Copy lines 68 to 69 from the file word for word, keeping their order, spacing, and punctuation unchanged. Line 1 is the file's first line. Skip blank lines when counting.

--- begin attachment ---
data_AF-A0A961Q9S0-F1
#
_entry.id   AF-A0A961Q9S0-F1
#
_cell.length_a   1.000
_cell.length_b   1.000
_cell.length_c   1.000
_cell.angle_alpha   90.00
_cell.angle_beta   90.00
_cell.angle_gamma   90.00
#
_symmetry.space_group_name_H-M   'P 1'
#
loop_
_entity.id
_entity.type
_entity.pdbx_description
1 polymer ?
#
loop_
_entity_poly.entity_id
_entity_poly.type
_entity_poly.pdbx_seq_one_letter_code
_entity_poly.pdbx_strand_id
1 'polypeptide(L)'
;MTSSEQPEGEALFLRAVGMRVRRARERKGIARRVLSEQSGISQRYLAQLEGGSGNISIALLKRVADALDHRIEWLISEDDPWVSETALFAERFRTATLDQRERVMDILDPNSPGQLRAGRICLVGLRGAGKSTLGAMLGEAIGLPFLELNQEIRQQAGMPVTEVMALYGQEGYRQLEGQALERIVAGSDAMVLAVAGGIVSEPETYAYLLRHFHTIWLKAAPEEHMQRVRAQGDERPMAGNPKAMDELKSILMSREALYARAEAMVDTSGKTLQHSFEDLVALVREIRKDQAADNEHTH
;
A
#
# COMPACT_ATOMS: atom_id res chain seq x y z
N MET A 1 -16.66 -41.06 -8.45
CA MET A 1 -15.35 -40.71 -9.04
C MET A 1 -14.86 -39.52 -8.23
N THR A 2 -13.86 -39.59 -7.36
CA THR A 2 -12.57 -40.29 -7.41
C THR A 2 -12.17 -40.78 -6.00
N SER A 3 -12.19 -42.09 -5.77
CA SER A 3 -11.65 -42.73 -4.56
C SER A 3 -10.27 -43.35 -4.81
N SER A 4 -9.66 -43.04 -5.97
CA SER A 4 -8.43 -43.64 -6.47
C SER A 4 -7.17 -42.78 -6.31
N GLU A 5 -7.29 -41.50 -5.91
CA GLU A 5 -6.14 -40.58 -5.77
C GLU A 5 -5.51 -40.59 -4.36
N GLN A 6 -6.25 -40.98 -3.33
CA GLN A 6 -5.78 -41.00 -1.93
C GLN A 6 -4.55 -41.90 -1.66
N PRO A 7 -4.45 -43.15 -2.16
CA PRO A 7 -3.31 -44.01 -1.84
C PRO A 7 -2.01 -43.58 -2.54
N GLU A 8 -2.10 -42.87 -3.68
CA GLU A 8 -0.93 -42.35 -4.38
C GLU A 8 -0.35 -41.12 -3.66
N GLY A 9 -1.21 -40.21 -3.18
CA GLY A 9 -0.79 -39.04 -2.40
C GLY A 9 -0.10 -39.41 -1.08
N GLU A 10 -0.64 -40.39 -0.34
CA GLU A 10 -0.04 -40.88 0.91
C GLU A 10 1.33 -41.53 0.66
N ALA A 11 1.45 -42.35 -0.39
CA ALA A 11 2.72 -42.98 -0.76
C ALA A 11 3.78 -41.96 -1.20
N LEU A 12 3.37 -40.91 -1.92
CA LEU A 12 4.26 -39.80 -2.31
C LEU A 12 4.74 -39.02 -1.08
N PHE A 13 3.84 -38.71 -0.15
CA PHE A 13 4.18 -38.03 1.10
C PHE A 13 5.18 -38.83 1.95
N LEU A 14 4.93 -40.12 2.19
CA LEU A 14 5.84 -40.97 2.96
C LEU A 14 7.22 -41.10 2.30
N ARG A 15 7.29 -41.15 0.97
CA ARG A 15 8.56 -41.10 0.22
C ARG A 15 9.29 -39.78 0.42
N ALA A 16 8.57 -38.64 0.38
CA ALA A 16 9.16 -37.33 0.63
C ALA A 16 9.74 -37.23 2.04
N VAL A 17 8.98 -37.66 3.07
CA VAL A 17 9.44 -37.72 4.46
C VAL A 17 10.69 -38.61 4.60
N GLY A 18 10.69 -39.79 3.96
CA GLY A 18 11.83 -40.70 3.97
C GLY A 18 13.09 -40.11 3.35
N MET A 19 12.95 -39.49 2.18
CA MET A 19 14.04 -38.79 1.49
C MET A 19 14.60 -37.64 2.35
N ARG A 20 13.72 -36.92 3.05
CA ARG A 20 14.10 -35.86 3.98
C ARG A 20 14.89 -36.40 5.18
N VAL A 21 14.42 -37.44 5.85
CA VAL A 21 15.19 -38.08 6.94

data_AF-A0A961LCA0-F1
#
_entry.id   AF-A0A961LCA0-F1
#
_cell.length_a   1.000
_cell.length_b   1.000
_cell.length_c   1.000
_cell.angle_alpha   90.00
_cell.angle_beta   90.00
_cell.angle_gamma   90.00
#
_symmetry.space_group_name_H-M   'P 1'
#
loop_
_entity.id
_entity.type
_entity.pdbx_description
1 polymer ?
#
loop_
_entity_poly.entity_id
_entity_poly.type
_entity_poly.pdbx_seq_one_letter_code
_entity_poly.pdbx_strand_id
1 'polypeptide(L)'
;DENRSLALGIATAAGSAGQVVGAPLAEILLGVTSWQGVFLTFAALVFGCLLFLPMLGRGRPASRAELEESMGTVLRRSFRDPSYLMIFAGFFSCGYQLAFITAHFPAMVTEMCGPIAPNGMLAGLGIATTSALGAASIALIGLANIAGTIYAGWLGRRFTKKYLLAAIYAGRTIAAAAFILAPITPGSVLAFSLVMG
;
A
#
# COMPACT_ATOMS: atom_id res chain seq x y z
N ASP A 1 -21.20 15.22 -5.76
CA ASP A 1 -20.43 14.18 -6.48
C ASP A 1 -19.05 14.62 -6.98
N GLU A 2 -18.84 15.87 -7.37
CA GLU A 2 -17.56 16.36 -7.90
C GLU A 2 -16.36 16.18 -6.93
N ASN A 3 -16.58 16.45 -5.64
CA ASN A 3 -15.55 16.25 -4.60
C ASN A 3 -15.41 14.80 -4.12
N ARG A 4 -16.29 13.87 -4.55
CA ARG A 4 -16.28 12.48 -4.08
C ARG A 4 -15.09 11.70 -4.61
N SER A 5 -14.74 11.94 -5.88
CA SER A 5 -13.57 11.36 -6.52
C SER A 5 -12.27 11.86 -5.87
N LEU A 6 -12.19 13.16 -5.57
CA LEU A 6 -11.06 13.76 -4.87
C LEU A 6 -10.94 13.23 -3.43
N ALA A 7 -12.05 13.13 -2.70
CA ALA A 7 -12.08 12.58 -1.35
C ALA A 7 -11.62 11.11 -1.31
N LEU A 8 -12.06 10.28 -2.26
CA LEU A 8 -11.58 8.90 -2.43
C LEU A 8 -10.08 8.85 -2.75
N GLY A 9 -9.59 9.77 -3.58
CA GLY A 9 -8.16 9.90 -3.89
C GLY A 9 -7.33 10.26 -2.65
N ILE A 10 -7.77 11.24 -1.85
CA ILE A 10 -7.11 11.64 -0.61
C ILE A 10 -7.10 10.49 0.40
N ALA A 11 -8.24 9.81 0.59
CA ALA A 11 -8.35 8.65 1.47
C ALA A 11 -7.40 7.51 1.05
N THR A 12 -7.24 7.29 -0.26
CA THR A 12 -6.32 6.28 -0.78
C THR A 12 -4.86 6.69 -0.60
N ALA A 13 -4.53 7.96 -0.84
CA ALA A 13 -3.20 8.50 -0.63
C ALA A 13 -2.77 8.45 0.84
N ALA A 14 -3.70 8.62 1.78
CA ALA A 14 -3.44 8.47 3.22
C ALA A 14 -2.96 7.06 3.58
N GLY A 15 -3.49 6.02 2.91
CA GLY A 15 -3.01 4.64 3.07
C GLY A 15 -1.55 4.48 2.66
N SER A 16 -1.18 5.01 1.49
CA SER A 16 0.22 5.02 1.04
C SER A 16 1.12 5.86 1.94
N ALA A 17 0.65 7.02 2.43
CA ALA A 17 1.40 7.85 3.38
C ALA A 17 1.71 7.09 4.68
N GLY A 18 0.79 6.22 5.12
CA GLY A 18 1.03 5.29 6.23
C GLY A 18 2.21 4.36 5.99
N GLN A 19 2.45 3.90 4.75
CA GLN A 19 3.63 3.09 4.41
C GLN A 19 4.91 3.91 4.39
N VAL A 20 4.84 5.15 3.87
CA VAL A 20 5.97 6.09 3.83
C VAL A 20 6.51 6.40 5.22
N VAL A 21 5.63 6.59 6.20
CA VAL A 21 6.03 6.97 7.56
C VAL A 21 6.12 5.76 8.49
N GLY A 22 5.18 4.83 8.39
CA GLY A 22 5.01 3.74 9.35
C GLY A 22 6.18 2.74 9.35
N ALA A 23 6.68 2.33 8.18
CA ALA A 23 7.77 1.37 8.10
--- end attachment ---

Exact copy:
CA PHE A 13 4.18 -38.03 1.10
C PHE A 13 5.18 -38.83 1.95